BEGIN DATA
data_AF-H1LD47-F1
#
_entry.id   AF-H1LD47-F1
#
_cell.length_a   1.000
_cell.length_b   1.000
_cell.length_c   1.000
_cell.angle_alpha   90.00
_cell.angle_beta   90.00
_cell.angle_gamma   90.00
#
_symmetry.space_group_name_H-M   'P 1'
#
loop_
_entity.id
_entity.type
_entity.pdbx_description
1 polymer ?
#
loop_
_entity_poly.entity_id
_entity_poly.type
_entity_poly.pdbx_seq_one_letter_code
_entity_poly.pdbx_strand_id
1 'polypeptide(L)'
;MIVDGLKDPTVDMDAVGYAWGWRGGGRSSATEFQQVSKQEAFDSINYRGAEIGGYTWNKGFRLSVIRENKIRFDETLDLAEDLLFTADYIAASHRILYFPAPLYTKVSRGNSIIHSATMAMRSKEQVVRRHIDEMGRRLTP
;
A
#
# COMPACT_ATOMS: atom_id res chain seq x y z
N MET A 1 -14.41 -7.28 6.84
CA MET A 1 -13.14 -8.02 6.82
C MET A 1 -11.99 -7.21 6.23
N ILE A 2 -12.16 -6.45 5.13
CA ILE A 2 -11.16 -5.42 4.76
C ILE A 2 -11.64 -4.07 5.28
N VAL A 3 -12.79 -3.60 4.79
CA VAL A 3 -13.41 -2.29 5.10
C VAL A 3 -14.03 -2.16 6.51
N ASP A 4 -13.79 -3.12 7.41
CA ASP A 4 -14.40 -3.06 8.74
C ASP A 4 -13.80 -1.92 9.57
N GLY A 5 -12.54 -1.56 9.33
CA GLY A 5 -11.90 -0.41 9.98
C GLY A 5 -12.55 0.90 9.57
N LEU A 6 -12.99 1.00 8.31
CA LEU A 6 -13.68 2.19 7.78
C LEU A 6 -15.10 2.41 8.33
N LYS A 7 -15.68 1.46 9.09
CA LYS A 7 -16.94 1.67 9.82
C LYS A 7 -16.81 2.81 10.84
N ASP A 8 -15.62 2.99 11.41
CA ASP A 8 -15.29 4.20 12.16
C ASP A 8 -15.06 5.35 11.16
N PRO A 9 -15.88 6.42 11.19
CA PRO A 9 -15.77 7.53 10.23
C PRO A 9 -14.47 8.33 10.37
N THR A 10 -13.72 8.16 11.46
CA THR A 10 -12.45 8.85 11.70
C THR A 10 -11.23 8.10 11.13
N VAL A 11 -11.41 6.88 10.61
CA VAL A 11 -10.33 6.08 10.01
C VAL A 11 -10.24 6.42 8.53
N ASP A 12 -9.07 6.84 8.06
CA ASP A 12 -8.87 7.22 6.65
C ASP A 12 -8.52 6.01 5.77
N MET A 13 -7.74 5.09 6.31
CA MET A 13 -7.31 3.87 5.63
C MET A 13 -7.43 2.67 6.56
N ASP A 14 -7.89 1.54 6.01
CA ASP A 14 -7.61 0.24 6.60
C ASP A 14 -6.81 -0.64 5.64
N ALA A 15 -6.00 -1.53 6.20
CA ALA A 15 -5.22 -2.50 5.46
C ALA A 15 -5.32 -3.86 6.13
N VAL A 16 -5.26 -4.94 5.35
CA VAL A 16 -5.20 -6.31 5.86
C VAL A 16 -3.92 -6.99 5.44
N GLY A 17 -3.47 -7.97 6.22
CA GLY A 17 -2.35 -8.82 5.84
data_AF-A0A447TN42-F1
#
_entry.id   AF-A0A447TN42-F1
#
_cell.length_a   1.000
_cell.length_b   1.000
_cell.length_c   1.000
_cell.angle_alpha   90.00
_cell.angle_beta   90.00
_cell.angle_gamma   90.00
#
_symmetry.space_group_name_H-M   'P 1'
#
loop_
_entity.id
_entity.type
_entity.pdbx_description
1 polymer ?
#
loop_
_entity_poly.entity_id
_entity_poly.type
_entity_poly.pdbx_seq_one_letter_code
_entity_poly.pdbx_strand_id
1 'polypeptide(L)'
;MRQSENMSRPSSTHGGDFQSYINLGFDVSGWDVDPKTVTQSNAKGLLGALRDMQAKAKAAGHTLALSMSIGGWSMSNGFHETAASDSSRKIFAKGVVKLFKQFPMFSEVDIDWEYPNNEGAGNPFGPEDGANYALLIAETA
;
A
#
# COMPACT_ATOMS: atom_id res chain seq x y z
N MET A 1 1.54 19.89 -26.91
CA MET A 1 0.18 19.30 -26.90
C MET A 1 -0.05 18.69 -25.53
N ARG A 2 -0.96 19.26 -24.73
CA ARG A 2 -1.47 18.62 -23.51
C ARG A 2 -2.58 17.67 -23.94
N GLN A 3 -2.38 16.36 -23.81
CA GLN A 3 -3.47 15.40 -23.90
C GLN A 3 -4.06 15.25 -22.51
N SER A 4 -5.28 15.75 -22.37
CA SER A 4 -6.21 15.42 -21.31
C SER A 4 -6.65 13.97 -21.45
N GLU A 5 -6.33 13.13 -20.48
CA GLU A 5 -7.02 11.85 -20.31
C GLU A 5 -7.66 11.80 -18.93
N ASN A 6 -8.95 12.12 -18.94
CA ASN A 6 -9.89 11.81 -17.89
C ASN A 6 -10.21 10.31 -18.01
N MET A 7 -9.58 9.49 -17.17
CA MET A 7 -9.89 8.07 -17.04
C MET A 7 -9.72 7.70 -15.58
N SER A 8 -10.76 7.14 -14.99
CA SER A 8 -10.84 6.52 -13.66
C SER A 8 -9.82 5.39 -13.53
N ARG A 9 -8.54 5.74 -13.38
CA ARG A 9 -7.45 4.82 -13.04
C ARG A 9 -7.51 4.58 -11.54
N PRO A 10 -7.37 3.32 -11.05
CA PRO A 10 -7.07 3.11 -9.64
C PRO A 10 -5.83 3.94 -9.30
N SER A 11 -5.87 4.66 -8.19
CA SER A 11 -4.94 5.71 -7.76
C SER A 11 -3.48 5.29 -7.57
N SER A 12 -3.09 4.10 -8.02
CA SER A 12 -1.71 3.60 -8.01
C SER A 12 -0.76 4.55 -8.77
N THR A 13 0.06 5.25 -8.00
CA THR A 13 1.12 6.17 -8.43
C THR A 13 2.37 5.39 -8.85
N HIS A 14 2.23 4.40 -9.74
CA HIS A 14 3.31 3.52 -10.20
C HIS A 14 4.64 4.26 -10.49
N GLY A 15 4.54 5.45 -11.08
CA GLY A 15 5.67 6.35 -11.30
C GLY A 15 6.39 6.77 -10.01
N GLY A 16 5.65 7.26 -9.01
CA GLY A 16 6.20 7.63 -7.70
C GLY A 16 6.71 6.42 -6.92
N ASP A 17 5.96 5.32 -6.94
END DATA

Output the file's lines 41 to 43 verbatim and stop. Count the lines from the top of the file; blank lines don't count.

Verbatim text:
CA ASP A 4 -14.40 -3.06 8.74
C ASP A 4 -13.80 -1.92 9.57
N GLY A 5 -12.54 -1.56 9.33